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The Kano Society - Principles of Judo

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The Kano Society - Principles of Judo

Postby Francis Takahashi » Thu Aug 02, 2012 1:39 pm

Compliments of the website for the The Kano Society
Percy Sekine

Kanō Jigorō (嘉納 治五郎?, 28 October 1860 – 4 May 1938) Founder of Judo.

Judo was the first Japanese martial art to gain widespread international recognition, and the first to become an official Olympic sport. Pedagogical innovations attributed to Kanō include the use of black and white belts, and the introduction of dan ranking to show the relative ranking between members of a martial art style. Well-known mottoes attributed to Kanō include "Maximum Efficiency with Minimum Effort" and "Mutual Welfare and Benefit."

In his professional life, Kanō was an educator. Important postings included serving as director of primary education for the Ministry of Education (文部省 Monbushō?) from 1898–1901, and as president of Tokyo Higher Normal School from 1901 until 1920.[2] He played a key role in making judo and kendo part of the Japanese public school programs of the 1910s.

Kanō was also a pioneer of international sports. Accomplishments included being the first Asian member of the International Olympic Committee (IOC) (he served from 1909 until 1938); officially representing Japan at most Olympic Games held between 1912 and 1936; and serving as a leading spokesman for Japan's bid for the 1940 Olympic Games.

His official honors and decorations included the First Order of Merit and Grand Order of the Rising Sun and the Third Imperial Degree. Kanō was inducted into the IJF Hall of Fame on 14 May 1999.[3]

The Kano Society seeks to maintain close links with the Kodokan in Japan, the original home of Judo. The Society has no intention to supplant any governing body of Judo. It is democratically constituted and all Judoka may apply to join. The Kano Society believe that Judo should be viewed as more than just a sport. It should adhere to the principles laid down by Judo’s founder Jigoro Kano

Principles of Judo

1) Good use of mind and body (seiryoku zenyo),

2) Mutual welfare and benefit (jita kyoei)

3) It should have moral and educational benefits. Trevor Leggett described this as ‘A training for life’. Thus in applying Judo principles to everyday life the Judoka is enabled to achieve balance and self mastery. A spirit of generosity and mutual assistance is integral to traditional Judo.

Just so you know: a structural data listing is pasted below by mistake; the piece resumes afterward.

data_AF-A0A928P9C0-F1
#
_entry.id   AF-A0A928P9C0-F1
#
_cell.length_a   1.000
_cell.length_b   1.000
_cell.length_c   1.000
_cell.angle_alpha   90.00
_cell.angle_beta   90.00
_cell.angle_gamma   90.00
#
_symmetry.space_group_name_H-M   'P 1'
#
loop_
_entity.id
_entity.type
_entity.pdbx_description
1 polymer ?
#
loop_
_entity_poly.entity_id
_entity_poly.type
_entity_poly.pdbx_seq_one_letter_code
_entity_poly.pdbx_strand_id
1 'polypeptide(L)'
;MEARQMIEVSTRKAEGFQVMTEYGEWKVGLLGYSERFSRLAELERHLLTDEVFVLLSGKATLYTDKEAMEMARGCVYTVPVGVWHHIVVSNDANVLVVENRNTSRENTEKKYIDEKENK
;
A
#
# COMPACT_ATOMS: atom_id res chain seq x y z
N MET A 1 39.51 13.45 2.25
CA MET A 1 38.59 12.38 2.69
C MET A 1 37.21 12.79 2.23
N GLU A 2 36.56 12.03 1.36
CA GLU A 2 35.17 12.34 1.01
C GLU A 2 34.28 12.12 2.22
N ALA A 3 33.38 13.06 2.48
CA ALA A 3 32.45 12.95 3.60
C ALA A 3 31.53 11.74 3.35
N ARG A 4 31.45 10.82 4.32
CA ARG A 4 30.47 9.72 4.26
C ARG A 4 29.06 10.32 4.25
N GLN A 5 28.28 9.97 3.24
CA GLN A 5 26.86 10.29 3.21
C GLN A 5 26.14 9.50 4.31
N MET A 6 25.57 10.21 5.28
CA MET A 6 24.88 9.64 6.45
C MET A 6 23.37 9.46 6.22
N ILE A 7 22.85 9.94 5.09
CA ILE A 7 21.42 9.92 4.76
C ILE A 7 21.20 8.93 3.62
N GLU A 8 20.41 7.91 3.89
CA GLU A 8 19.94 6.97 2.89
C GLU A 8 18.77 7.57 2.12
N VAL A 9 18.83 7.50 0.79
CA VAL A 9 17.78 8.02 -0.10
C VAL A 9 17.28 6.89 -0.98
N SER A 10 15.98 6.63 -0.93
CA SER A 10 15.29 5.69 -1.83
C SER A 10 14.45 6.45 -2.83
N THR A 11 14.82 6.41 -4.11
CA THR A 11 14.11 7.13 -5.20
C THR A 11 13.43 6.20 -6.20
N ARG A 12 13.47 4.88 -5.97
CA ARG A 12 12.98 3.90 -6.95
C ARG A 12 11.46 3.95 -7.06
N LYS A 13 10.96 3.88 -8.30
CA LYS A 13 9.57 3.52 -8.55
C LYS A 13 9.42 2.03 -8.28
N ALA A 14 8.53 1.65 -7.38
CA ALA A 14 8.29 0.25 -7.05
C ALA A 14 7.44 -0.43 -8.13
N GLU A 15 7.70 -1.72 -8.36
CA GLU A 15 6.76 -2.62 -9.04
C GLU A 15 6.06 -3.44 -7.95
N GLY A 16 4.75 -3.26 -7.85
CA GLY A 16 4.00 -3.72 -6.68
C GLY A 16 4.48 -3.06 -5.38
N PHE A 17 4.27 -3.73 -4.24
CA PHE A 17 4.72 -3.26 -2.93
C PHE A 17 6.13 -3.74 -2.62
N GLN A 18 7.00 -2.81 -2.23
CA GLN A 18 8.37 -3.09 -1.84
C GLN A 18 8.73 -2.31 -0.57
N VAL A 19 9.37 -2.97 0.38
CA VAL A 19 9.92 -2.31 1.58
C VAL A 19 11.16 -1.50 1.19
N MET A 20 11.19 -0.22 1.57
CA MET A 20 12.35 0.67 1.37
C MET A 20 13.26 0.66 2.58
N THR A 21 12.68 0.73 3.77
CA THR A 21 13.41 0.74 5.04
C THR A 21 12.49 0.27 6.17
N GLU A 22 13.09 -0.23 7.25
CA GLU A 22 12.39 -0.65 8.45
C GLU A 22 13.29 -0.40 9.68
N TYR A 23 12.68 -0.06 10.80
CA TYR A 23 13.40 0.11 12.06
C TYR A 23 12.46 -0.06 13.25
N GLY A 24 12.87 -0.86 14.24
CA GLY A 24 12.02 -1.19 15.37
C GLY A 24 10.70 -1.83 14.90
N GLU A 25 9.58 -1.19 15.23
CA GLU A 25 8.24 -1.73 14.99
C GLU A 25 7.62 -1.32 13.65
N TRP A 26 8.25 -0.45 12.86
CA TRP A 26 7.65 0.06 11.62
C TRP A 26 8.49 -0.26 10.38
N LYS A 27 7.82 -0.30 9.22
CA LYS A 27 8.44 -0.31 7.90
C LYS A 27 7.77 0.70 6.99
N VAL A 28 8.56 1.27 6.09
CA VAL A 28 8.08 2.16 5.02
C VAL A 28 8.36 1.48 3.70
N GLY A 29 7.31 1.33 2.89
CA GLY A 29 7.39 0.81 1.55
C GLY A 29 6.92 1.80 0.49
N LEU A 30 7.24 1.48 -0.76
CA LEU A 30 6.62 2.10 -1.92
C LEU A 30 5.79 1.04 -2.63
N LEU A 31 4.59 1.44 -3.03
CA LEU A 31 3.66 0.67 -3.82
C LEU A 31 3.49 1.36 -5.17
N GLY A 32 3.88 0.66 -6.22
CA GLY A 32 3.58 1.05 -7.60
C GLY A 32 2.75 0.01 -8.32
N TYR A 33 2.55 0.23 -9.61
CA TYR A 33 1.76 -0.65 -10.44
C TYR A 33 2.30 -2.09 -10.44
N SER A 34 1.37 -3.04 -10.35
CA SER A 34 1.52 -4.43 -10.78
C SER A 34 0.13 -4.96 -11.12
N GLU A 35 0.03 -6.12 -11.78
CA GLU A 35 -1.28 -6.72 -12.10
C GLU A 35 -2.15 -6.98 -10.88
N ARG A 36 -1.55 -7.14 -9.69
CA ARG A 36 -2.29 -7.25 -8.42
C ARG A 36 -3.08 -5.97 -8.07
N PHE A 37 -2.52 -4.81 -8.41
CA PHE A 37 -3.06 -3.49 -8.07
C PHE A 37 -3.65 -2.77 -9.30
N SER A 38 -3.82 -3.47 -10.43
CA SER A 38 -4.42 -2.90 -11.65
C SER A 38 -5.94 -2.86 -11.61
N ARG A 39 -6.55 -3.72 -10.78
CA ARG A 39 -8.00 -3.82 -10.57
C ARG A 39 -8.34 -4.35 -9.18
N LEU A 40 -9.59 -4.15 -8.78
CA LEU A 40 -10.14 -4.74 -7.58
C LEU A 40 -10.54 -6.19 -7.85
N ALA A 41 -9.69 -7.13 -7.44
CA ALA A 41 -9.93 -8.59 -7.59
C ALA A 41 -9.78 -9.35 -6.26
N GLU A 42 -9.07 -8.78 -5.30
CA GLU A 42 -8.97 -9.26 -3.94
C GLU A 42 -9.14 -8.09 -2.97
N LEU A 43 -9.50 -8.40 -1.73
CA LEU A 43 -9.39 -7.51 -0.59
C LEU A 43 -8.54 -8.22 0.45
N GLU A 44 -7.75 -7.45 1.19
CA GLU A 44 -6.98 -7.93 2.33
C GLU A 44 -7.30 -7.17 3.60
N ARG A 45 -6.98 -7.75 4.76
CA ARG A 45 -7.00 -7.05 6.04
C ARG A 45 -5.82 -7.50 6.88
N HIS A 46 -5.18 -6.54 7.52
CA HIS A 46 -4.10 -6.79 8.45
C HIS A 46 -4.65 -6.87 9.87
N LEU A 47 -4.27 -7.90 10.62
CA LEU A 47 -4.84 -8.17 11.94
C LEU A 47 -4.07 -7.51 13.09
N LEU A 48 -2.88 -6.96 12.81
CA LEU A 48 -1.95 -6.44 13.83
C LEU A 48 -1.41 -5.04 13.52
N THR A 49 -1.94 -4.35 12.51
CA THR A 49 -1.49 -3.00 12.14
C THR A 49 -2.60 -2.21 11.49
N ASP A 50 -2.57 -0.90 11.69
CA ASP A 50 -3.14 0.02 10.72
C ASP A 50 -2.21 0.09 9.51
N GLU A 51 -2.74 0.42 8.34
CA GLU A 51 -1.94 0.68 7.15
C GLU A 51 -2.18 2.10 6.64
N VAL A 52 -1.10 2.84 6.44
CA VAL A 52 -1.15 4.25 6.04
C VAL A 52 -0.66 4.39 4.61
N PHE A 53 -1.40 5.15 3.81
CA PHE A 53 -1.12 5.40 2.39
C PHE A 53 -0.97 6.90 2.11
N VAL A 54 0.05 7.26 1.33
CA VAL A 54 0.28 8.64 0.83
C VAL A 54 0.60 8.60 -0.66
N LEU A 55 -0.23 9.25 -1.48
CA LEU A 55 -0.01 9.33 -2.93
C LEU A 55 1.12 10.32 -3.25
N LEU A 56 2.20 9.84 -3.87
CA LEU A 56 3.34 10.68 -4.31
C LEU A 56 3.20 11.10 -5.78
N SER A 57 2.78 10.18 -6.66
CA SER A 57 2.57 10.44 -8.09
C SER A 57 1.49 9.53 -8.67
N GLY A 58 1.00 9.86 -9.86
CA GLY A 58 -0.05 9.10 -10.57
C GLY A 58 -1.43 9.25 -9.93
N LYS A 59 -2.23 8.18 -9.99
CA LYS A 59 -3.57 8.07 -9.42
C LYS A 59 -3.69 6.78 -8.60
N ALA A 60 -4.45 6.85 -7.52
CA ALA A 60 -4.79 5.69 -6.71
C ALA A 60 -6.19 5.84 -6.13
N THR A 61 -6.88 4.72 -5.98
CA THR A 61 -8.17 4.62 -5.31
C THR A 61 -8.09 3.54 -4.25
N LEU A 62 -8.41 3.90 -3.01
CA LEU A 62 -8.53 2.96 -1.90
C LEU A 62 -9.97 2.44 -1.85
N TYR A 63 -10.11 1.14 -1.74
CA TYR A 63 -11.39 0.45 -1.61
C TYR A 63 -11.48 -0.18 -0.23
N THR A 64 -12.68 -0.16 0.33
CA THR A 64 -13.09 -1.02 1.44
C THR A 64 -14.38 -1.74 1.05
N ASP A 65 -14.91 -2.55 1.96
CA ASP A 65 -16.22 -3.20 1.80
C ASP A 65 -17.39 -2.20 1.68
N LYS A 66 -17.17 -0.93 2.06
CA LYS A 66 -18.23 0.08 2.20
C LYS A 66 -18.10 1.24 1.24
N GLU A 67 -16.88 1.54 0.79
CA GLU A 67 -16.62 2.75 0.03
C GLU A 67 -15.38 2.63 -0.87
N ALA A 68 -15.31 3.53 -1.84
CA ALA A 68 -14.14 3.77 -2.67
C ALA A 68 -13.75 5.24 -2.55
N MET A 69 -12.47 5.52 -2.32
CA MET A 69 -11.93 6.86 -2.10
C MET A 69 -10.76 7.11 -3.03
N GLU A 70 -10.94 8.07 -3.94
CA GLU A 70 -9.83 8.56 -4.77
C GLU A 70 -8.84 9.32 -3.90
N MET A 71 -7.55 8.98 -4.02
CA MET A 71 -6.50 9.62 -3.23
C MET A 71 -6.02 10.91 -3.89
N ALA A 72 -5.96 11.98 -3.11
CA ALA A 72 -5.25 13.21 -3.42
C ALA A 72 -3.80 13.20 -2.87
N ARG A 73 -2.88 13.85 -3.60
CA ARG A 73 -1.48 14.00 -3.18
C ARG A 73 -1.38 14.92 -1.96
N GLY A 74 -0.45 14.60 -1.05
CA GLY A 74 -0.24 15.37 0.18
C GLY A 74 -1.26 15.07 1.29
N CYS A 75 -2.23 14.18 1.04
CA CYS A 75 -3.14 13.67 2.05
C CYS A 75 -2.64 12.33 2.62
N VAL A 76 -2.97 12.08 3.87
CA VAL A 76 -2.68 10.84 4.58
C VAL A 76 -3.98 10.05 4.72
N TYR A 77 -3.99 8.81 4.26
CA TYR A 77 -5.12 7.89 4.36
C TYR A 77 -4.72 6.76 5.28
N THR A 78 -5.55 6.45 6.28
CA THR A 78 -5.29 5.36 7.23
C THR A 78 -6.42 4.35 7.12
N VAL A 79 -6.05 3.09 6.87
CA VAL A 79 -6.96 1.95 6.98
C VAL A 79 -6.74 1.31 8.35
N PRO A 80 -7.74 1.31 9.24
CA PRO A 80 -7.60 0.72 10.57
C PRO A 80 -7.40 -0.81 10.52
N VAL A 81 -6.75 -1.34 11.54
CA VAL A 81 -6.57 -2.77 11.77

Study of Judo

In addition to randori and contest training other areas of Judo should be adequately studied. Kata is an essential part of traditional Judo as is the preservation of Japanese terminology and etiquette including correct bowing and the use of white judogi. Judoka should work on the whole range of Judo techniques including ukemi and avoid specialized study of a limited repertoire. The gokyo should be taught and studied and there is also a place for regulated study of specialist areas such as katsu, atemiwaza, kansetsuwaza (other than those already allowed in competition) and self-defence techniques.

Practice of Judo

Randori is the cornerstone of Judo practice. We support intensive training and believe that randori should be its main component involving upright Judo (shizentai) and practice which aims to throw cleanly for ippon. We deprecate over-reliance on bent posture (jigotai) and such techniques as leg grabs and holds which pull the opponent down into a crouch as being detrimental to good Judo practice. The aim is injury-free Judo especially between higher and lower grades and between stronger and weaker people

Shiai – contest- is an important aspect of training. We support experimentation with the contest rules to discover a formula for clean upright Judo.

Kangeiko (the winter training period) has a valuable role.
Francis Takahashi
Posts: 411
Joined: Fri Nov 06, 2009 5:51 pm

Re: The Kano Society - Principles of Judo

Postby Carina Rei » Fri Aug 03, 2012 12:22 am

Thank you Francis Sensei for sharing this interesting article, I'd like to add some poetry of judokas in the following site and the Song of Judo by Kyuzo Mifune (written in 1952, published for the 1964 Olympics) , when you click on the name you can also read his article Essential Principles of Judo
Carina Rei
Posts: 461
Joined: Fri Jul 15, 2011 12:50 am
Location: Gran Canaria - Spain

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